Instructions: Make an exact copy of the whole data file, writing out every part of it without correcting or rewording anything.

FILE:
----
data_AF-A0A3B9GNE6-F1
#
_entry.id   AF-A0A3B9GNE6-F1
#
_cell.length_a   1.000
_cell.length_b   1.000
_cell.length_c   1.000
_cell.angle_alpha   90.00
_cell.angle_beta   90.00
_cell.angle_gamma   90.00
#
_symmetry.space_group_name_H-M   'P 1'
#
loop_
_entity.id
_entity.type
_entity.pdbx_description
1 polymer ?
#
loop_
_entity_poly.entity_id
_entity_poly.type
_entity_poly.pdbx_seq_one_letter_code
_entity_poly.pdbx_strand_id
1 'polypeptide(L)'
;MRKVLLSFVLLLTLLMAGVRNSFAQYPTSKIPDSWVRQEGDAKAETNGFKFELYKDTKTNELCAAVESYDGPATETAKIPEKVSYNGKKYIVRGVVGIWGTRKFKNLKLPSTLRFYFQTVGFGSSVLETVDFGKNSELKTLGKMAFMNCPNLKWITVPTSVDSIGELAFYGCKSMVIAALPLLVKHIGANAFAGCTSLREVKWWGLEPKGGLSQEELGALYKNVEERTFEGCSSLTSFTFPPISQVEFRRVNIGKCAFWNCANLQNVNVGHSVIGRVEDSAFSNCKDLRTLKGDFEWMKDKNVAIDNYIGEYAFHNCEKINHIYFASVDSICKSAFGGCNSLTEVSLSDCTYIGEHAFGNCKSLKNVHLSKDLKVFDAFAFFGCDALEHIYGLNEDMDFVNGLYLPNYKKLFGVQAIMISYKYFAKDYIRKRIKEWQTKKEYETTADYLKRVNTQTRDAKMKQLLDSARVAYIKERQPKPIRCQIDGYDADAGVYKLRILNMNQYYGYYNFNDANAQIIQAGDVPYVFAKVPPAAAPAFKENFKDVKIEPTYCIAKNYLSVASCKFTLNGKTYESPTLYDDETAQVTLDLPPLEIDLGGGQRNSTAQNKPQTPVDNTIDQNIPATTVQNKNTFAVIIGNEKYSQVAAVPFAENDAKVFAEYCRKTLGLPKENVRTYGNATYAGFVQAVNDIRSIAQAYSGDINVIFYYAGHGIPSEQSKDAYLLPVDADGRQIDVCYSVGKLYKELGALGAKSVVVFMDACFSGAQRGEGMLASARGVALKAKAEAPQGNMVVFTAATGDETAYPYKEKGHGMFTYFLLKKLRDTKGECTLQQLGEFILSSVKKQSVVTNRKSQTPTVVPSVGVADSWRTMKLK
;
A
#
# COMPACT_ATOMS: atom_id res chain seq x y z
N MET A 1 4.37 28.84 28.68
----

data_AF-A0A3B9GNE6-F1
#
_entry.id   AF-A0A3B9GNE6-F1
#
_cell.length_a   1.000
_cell.length_b   1.000
_cell.length_c   1.000
_cell.angle_alpha   90.00
_cell.angle_beta   90.00
_cell.angle_gamma   90.00
#
_symmetry.space_group_name_H-M   'P 1'
#
loop_
_entity.id
_entity.type
_entity.pdbx_description
1 polymer ?
#
loop_
_entity_poly.entity_id
_entity_poly.type
_entity_poly.pdbx_seq_one_letter_code
_entity_poly.pdbx_strand_id
1 'polypeptide(L)'
;MRKVLLSFVLLLTLLMAGVRNSFAQYPTSKIPDSWVRQEGDAKAETNGFKFELYKDTKTNELCAAVESYDGPATETAKIPEKVSYNGKKYIVRGVVGIWGTRKFKNLKLPSTLRFYFQTVGFGSSVLETVDFGKNSELKTLGKMAFMNCPNLKWITVPTSVDSIGELAFYGCKSMVIAALPLLVKHIGANAFAGCTSLREVKWWGLEPKGGLSQEELGALYKNVEERTFEGCSSLTSFTFPPISQVEFRRVNIGKCAFWNCANLQNVNVGHSVIGRVEDSAFSNCKDLRTLKGDFEWMKDKNVAIDNYIGEYAFHNCEKINHIYFASVDSICKSAFGGCNSLTEVSLSDCTYIGEHAFGNCKSLKNVHLSKDLKVFDAFAFFGCDALEHIYGLNEDMDFVNGLYLPNYKKLFGVQAIMISYKYFAKDYIRKRIKEWQTKKEYETTADYLKRVNTQTRDAKMKQLLDSARVAYIKERQPKPIRCQIDGYDADAGVYKLRILNMNQYYGYYNFNDANAQIIQAGDVPYVFAKVPPAAAPAFKENFKDVKIEPTYCIAKNYLSVASCKFTLNGKTYESPTLYDDETAQVTLDLPPLEIDLGGGQRNSTAQNKPQTPVDNTIDQNIPATTVQNKNTFAVIIGNEKYSQVAAVPFAENDAKVFAEYCRKTLGLPKENVRTYGNATYAGFVQAVNDIRSIAQAYSGDINVIFYYAGHGIPSEQSKDAYLLPVDADGRQIDVCYSVGKLYKELGALGAKSVVVFMDACFSGAQRGEGMLASARGVALKAKAEAPQGNMVVFTAATGDETAYPYKEKGHGMFTYFLLKKLRDTKGECTLQQLGEFILSSVKKQSVVTNRKSQTPTVVPSVGVADSWRTMKLK
;
A
#
# COMPACT_ATOMS: atom_id res chain seq x y z
N MET A 1 4.37 28.84 28.68